Writing down everything you need to do is a way of de-cluttering your mind and looking at everything with organization in mind. And putting a voice to a plan is the first step in actually making a plan. Making a plan means having a plan to actually implement, which means being able to cross things off your list once you get to do it. Having fewer things to do can mean a sigh of relief — and sighing with relief is always a good thing, isn't it?
Take Perspective 9 of 11
This is not to diminish real, every-day concerns and troubles, but the happiest moms know what it means to take perspective, and they do it regularly.
Your kids' homework needs to get done. Your family needs to be fed. You need to work and pay bills. Someone puked on your new sofa. The car needs to go into the shop for a week and they're not coughing up a loaner free of charge. The plane on your vacation is four hours delayed. That all stinks.
But there really are families who are a lot worse off. They don't have a car or their house is in foreclosure. Someone close to them is so sick they will not make it until next year. Their source of income is in jeopardy. Their kids are being bullied.
No one's saying your problems aren't real. But take a closer look at them from time to time or even a bit more often and realize it could always be worse, and be grateful that it isn't.
Have Someone Else Clean 10 of 11
A wise person once said that a housekeeper is cheaper than marriage therapy, and truer words were perhaps never spoken.
That being said: Not everyone can afford to pay someone else to clean their home.
However, you don't need a regular cleaning service to get someone else to clean for you. Cleaning your home can be the very, very bad tasting icing on your already-stressful day or week. Which means it shouldn't be left to just you to do. Your husband or partner should be assigned some chores. Your kids can pitch it. Don't put it all on yourself to make sure the bathrooms aren't gross, the kitchen isn't a pig sty and the bedrooms are a certified-disaster area. This isn't 1950 and you're not June Cleaver. Everyone can and should do their part to keep your home up to your standards, whatever that means. And when it's not all left up to you, that should give you at least one thing to smile about, yes?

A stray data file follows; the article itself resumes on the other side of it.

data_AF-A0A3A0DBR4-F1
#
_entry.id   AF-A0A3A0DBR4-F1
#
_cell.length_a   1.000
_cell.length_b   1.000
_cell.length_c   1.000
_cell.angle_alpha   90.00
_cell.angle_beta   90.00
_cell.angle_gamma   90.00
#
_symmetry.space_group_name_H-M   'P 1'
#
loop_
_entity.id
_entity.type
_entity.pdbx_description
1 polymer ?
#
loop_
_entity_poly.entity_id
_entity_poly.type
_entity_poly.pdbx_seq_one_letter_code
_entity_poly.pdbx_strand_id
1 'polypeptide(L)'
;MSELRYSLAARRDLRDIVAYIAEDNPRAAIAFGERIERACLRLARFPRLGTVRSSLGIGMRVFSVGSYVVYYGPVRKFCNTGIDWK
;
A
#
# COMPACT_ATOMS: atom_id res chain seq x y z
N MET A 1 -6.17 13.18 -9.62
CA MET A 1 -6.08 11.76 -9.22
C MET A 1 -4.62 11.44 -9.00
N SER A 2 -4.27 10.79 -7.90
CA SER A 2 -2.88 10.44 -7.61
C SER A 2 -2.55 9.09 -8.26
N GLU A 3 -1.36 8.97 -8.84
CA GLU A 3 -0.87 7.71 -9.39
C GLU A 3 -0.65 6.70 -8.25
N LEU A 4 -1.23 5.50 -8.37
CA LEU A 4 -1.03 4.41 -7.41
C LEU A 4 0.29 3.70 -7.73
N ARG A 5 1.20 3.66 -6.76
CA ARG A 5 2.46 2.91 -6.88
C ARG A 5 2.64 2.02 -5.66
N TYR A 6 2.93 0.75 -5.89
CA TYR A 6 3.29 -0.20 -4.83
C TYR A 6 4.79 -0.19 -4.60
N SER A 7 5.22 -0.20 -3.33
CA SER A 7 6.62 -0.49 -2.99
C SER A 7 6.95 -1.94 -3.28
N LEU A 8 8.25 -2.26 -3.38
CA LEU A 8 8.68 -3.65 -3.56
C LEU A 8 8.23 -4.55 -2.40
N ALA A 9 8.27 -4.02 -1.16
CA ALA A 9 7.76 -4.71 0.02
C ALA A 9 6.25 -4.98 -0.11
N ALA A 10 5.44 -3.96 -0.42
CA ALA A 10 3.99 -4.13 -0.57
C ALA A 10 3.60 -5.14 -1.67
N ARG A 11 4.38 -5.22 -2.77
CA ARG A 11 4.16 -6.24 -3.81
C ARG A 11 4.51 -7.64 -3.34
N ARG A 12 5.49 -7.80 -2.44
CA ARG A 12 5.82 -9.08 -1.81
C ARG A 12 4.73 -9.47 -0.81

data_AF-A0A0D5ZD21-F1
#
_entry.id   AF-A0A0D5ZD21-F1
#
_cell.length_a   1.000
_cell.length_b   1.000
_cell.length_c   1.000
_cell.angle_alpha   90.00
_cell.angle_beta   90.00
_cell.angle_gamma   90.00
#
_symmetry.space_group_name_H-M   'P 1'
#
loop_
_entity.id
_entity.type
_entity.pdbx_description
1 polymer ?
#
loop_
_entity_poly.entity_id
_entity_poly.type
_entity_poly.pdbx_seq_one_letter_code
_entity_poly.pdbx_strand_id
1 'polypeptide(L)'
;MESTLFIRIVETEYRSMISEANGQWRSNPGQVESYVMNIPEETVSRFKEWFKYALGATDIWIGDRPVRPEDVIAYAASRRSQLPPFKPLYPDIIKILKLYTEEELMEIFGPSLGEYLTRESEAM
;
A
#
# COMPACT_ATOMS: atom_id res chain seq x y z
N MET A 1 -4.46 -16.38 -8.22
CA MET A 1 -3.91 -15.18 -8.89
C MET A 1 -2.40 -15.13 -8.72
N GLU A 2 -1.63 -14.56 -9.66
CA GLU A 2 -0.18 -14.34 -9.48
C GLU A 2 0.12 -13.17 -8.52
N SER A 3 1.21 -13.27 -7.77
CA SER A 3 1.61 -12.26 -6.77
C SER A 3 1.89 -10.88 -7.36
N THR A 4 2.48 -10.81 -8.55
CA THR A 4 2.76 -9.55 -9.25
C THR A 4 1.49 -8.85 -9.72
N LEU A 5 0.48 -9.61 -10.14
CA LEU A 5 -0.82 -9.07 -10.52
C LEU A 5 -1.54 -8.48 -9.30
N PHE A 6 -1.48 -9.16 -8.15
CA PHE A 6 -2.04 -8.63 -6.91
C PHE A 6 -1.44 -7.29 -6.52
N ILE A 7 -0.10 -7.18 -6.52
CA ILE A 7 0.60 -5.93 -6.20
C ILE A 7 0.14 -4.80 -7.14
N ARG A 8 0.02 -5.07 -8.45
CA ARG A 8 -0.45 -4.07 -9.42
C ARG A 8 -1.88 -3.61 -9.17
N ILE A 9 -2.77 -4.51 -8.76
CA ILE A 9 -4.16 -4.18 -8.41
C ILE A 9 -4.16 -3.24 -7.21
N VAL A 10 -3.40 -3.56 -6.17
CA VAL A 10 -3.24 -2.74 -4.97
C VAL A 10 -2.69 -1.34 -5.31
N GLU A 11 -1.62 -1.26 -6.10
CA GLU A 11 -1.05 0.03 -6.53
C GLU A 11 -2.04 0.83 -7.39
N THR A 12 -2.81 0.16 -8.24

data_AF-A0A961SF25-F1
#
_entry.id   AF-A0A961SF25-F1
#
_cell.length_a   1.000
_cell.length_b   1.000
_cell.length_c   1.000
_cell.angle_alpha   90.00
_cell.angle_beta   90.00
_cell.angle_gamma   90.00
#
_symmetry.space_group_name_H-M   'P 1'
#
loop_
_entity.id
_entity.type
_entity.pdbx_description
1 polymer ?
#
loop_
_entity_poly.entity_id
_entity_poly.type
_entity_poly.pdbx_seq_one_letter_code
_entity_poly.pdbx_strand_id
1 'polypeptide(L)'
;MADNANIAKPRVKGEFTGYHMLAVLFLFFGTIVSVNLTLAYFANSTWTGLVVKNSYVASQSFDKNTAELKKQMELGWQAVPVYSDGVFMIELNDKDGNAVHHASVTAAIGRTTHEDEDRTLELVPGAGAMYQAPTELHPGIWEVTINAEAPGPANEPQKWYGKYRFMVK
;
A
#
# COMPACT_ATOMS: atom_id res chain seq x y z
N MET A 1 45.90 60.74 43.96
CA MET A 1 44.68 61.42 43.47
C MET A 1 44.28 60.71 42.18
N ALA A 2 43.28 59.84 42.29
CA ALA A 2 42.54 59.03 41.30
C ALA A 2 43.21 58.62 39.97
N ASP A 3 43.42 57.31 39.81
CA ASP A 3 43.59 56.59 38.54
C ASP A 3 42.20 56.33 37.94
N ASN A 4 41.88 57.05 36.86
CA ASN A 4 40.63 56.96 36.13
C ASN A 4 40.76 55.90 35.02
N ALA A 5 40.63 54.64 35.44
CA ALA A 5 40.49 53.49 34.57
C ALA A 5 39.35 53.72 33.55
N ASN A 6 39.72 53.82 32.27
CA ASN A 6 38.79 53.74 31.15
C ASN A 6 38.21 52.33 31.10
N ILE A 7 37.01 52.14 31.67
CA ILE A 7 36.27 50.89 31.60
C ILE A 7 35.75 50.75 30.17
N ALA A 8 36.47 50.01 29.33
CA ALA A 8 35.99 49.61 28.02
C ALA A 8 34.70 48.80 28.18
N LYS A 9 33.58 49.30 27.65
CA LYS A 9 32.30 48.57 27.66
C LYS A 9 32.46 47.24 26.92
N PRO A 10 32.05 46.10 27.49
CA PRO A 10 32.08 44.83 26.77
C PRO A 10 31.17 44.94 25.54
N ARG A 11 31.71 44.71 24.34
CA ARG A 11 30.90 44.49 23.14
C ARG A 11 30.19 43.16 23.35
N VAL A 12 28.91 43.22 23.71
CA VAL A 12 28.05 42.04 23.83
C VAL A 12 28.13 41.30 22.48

Keep Track of Finances 11 of 11
Amazingly, it's not just in ominous online articles and on Lifetime movies that women wake up to find their bank accounts are empty because they made a careless mistake or were swindled out of their life savings by a stranger or, worse, someone they know.
We've already established that we're 60+ years beyond Leave It To Beaver, which means even if our husbands or partners are the ones in our families in charge of the finances, we should know what's going on with them, too.
Whether you have separate checking accounts or it's all in the same pot, you have a right to know where every penny is going, and even if you're not keeping track to a detailed extent, you should be aware and on it regardless. No matter how solid your marriage or relationship, knowledge is power, and not having financial power isn't something that's going to make you very happy in the present day or the long run.
Photo credits: iStockphoto